Time Well Wasted: Depict1
[I love wasting time. Nothing feels more free to me than knowing there are things I need to get done and completely blowing them off. In the spirit of slackers everywhere, I present Time Well Wasted, a weekly feature where I showcase some of the best, most interesting, or just plain strangest ways to kill an hour or two on the internet.]
For the sake of not spoiling yourself, you should probably play Depict1 before you read this. No seriously. Go play it. I’ll wait.
Back? Did you manage to get through the whole game? Both endings? Good for you. By now you’ve probably realized that Depict1 is an anagram for deception. How long did it take you to figure out how to move? What about how to jump?
How long was it before you started immediately doing the opposite of whatever you were told to do?
The idea that gamers are conditioned to follow orders without questioning them in video games has been explored a lot lately. Bioshock and Portal opened up the floodgates for this kind of game design, but I think it works better in simpler games like Depict1. With such a limited amount of controls, being lied to about how to use them is especially disorienting.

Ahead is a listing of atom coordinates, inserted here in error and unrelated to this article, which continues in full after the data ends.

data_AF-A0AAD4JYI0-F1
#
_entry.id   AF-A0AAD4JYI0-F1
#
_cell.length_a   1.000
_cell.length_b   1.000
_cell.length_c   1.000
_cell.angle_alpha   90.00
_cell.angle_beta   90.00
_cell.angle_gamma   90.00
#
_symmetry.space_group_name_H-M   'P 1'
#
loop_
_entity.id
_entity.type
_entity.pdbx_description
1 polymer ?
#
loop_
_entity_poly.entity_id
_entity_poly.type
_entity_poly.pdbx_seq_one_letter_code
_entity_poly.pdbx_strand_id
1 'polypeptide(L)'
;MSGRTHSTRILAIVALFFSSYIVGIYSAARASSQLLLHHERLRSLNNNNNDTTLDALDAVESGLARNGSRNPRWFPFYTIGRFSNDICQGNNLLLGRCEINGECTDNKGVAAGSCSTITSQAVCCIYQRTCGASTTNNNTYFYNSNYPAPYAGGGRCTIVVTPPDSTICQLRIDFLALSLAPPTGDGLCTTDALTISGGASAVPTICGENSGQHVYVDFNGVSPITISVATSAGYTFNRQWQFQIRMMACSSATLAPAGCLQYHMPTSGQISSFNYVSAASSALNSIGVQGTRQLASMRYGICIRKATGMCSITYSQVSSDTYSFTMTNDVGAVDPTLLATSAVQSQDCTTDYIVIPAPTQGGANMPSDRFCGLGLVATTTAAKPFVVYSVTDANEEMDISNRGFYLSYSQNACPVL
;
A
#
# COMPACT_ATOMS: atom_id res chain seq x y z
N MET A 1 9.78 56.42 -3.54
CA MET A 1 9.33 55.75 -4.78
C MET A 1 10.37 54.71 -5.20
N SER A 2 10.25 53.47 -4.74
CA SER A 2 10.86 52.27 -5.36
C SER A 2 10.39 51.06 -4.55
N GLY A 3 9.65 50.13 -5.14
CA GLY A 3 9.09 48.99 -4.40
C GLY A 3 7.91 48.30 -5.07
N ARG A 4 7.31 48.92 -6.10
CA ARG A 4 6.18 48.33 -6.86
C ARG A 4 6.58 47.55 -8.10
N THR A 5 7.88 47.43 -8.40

Another really interesting aspect of Depict1 is the use of spikes. People like myself who have been playing 2D platformers for the majority of their life are strongly conditioned to avoid spikes at all costs; however, in Depict1, spikes are not only harmless, they’re beneficial. Even once you know they’re darts, it’s still hard not to see them as spikes and just jump right in them.
At the end, when you arrive back in the room you started in the game is pretty successful in making you feel trapped. It may be a bit cliche, but it’s still effective.
All in all, Depict1 is a very neat little game. What do you think? Are you still mad about being lied to?
[Mad props to Ryu89 for pointing me in the direction of this.]